Millions of pounds worth of presents handed over on Christmas Day are likely to be lost, in the form of gift cards which are never spent, an MP has warned.
The Scottish National Party’s consumer affairs spokeswoman Patricia Gibson has called for changes to the law to protect those who give and receive gift cards and vouchers at Christmas.
Stores and businesses which put short “use-by” dates on their cards, or hide details about expiry periods, are like “the Grinch who stole Christmas”, she said.
Ms Gibson is calling for new legislation to either ban expiry dates altogether or at least impose a minimum five-year period, along with fairer terms and conditions.
And she said that any cash left unspent when cards and vouchers expire should go to charity and not to retailers’ profits.
The UK Gift Card and Voucher Association estimates the market to be worth around £6 billion a year in the UK, but around £300 million of that is currently going unspent.
Ms Gibson said: “Nobody wants to see the hard-earned cash they spend on presents for friends and family members thrown down the drain but consumers in the UK are currently being short-changed to the tune of millions of pounds every year in lost gift card money.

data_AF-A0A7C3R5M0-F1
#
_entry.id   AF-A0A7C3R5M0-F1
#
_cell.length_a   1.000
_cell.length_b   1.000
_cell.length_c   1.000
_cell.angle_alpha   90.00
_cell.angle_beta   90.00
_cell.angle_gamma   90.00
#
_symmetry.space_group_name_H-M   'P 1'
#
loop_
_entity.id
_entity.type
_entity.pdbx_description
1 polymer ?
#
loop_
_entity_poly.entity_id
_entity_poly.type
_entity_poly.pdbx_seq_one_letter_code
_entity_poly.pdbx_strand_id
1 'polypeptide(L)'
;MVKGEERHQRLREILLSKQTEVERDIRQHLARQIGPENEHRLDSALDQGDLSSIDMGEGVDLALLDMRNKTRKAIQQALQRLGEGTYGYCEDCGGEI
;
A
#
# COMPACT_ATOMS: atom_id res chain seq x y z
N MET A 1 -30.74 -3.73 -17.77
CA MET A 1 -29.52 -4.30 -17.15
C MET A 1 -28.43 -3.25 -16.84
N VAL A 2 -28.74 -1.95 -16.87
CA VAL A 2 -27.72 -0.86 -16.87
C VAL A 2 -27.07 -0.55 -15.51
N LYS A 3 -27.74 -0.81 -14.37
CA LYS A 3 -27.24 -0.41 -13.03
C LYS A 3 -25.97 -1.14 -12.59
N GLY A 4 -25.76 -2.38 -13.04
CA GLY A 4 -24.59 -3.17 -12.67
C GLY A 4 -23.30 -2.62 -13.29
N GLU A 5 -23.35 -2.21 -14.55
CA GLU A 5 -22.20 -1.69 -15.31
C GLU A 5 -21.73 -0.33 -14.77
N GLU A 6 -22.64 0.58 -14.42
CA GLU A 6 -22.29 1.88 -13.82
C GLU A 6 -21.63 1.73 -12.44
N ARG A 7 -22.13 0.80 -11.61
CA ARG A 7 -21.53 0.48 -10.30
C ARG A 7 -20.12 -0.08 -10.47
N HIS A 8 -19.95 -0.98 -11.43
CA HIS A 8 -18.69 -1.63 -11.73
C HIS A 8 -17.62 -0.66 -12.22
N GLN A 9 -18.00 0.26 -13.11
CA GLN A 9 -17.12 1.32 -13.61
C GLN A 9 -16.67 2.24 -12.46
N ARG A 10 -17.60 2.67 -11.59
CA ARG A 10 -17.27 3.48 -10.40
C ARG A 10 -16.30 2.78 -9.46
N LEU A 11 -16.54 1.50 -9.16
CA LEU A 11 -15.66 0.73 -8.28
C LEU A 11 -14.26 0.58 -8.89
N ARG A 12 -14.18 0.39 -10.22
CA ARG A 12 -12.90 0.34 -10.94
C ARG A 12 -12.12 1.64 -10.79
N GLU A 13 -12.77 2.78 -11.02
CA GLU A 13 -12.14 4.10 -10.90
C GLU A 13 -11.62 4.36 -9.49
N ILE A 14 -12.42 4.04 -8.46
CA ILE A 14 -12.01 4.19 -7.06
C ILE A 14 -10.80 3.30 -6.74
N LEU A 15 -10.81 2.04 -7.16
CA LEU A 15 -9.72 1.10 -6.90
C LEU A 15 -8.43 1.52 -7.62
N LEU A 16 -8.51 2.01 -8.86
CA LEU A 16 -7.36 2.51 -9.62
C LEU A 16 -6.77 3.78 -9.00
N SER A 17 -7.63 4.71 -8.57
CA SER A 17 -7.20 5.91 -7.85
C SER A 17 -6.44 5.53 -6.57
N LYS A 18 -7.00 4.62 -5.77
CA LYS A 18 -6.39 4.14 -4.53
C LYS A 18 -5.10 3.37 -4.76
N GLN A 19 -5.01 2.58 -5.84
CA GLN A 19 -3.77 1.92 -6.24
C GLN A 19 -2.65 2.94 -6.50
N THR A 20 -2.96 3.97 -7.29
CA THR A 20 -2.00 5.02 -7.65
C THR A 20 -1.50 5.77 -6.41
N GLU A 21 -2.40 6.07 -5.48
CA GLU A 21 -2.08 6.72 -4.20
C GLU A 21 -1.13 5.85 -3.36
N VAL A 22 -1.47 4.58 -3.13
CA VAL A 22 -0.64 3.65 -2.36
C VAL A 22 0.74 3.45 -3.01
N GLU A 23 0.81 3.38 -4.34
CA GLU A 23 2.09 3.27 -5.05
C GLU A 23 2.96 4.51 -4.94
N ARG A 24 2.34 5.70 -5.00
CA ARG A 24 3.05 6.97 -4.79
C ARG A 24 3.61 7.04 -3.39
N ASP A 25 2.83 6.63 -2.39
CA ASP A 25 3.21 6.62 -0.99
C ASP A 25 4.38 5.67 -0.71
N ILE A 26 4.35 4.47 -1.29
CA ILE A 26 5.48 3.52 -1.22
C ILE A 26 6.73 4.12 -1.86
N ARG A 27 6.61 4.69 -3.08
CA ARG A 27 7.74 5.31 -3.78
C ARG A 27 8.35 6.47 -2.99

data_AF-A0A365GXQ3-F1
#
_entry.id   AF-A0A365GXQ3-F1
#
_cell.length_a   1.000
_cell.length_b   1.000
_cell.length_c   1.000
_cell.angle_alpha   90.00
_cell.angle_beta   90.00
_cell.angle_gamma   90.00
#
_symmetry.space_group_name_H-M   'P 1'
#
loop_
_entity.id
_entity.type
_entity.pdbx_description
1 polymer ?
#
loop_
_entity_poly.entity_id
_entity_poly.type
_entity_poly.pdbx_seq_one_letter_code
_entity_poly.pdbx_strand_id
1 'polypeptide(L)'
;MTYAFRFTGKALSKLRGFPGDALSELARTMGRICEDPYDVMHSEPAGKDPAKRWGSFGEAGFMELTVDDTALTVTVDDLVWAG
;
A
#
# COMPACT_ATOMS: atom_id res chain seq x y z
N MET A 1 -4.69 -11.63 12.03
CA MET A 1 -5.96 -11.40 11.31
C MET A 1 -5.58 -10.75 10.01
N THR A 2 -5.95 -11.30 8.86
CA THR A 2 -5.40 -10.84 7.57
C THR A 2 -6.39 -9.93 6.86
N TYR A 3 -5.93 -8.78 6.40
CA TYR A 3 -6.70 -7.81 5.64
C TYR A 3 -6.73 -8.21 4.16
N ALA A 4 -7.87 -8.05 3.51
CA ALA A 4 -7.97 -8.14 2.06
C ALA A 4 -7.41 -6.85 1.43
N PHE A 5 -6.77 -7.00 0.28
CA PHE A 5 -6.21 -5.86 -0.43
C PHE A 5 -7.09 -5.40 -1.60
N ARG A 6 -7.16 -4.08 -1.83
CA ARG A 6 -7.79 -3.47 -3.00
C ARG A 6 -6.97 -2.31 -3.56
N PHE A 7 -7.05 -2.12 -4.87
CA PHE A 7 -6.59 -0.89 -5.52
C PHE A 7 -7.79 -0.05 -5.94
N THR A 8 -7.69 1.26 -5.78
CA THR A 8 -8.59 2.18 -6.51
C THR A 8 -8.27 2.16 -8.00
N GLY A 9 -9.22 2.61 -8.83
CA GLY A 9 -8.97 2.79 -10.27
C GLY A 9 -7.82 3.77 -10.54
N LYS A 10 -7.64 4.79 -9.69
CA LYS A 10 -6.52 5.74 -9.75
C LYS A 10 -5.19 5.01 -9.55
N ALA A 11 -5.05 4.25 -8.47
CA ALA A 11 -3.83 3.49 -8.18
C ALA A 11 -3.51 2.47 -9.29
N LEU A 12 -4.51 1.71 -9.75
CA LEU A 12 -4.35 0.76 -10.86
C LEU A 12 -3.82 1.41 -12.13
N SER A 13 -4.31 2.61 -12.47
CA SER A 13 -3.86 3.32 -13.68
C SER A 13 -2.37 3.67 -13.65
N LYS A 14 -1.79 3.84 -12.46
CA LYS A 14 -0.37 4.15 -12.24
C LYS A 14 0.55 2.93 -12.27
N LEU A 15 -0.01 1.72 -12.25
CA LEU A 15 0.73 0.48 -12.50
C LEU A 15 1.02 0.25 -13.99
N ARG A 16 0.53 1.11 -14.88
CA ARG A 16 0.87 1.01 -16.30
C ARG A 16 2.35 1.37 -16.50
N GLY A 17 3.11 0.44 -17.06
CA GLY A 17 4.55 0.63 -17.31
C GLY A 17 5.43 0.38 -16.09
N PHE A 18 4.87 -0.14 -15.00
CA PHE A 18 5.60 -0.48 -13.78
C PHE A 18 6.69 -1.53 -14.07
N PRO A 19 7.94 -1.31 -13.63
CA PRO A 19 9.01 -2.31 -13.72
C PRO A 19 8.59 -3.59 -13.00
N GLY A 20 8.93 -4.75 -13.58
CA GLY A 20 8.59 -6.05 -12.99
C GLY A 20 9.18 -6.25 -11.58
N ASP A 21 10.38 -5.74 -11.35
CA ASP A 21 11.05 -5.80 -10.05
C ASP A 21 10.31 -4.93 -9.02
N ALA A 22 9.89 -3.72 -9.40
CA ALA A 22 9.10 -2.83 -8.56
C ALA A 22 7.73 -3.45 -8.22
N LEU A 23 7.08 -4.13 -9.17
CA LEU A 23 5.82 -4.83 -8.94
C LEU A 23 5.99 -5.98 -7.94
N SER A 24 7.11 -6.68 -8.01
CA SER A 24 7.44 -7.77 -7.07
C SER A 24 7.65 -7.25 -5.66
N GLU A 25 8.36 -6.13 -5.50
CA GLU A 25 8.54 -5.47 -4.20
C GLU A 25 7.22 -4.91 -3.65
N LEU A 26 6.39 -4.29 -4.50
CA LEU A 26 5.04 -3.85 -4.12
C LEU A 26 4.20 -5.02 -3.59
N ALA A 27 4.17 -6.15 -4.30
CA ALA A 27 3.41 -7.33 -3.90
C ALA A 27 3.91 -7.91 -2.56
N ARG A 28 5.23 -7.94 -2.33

“Like the Grinch who stole Christmas, retailers are profiting from money for nothing by taking away people’s Christmas and birthday presents when gift cards pass these wholly arbitrary expiry dates. The minimum period and policies for gift cards can vary dramatically from shop to shop, some have very short or hidden expiry periods.
“Many people wind up losing their money because the cards expire, or a firm closes down, and the retailers then take the funds for themselves.
“With families now facing stagnant wages, rising prices, and squeezed living standards under the Tories, it is all the more important that the UK government introduces protections.
“This means either a full ban on gift card expiry dates or, at the very least, a minimum expiry period of five years or more.”